The system has its apologists. Many governments do have sticky fingers. As a mechanism for capital allocation they are far from perfect. But the £100bn load of dud loans that destroyed the Halifax does not suggest that private tsars get it right always either. Shaxson meets a libertarian of great personal charm. ‘I just work with theories’ he confesses ‘I have not worked in the real world of business.’ ‘Governments do not run countries, they parasitise them’ says a learned writer and scion of a wealthy landed dynasty.
Shaxson makes the obvious rebuttals. Loose, unregulated money, far from being a rational allocation model, is more a part of instability. Even back in the 1960’s he cites a US Treasury Under-secretary who has concerns. The Bank of England is not worried, at least publicly. But an internal memo reads, ‘I did get the impression some of them were rather keeping their fingers crossed’. And, of course a government’s revenue-gathering capability correlates with prosperity. Business may not spark in Italy’s anti-start-up environment, but business quite favours decent infrastructure and a good public education system.
If Treasure Islands is due for a new edition there is plenty to add. A new report, ‘The Price of Offshore Revisited’, commissioned by the campaign group Tax Justice Network, states that offshore funds are £13 trillion. That is the American and Japanese GDPs put together. July 17th the US Senate published their 335-page report on the tidal wave of drug money and worse swilling through a bank with a cosy branch on every British high street. The world’s most famous football team is currently reconfiguring itself for the Caribbean. In what must be a classic of the moneymen’s disdain for language it has acquired a tax-light status of ’emerging growth company’- at one hundred and thirty-four years of age that gives the term ’emerging’ a whole new meaning.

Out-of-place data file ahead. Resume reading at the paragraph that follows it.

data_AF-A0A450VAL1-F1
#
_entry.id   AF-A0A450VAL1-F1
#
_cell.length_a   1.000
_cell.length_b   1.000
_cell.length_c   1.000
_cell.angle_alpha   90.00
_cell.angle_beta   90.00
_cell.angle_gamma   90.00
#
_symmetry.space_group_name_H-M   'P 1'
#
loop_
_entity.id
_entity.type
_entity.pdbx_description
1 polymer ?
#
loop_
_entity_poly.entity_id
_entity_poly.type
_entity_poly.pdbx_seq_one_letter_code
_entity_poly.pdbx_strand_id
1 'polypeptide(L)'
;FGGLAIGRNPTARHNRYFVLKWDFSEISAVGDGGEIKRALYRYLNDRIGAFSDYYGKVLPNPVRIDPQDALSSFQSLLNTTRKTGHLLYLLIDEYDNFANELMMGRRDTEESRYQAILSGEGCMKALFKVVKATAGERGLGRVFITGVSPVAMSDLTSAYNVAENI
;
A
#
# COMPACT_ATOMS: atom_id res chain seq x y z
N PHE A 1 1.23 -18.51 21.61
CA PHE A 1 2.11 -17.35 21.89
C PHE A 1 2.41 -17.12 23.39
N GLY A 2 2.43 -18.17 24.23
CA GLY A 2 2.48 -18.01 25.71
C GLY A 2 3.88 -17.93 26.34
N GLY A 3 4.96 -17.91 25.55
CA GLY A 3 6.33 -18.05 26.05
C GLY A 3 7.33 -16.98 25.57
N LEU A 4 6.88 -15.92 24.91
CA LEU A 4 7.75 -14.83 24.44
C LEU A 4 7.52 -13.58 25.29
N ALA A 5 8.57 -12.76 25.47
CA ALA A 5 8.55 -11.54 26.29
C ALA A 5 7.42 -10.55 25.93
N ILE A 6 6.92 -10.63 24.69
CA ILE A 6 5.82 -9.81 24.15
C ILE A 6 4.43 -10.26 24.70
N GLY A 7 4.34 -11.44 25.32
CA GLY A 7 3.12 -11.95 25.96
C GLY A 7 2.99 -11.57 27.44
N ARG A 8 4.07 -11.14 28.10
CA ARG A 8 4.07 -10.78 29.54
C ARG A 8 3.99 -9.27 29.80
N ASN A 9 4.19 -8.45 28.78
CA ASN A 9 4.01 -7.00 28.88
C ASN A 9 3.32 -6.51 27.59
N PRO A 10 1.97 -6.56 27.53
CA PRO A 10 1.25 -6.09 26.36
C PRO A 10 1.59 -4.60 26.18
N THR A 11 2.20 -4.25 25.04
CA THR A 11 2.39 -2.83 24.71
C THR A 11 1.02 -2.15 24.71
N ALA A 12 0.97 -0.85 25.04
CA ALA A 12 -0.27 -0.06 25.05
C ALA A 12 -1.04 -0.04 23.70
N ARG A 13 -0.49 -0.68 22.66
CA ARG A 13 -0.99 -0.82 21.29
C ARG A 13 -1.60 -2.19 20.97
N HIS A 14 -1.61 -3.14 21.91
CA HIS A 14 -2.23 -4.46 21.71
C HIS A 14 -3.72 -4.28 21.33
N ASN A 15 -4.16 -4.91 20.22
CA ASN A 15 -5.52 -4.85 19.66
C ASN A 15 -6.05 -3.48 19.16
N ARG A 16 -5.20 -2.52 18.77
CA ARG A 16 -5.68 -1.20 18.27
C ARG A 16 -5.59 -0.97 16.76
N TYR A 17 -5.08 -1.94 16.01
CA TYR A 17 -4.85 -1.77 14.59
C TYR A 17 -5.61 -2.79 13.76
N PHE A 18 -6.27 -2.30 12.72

On June 28th Jersey’s assistant chief minister made threats of going it alone. History is not promising. When the Bahamas went independent the money of no fixed abode packed its suitcases and left. The Empire reassures; says a former Senator, ‘There is a kind of tatty credibility that clings to the public administration here, which comes from operating under the skirts of the establishment in London’.
There is a lot in Treasure Islands and much left out. Nicholas Shaxson gives a neat summary of our libel laws; no constitutional protection of free speech, no higher public interest defence, the costs of libel litigation running at one hundred and forty times the average in Europe. The world adores London.
But who is it all really for? Plain folk would run a mile from that chilly block that overlooks Hyde Park with its £136m Ukrainian-owned penthouse. Nicholas Shaxson reports on the private equity tycoon who does not want his tax exile status sullied by seeing his family who live in a real country. Asset-soaked Jersey can do without such flim flam as a national health service. In a sleek office by Albany in Piccadilly I once spent an intriguing hour with an adviser to a clan with assets in the $7bn-$8bn range. ‘You have to understand’ he said ‘They are obsessed, by fear, fear of losing it.’
Treasure Islands was published by Penguin Random House in 2011.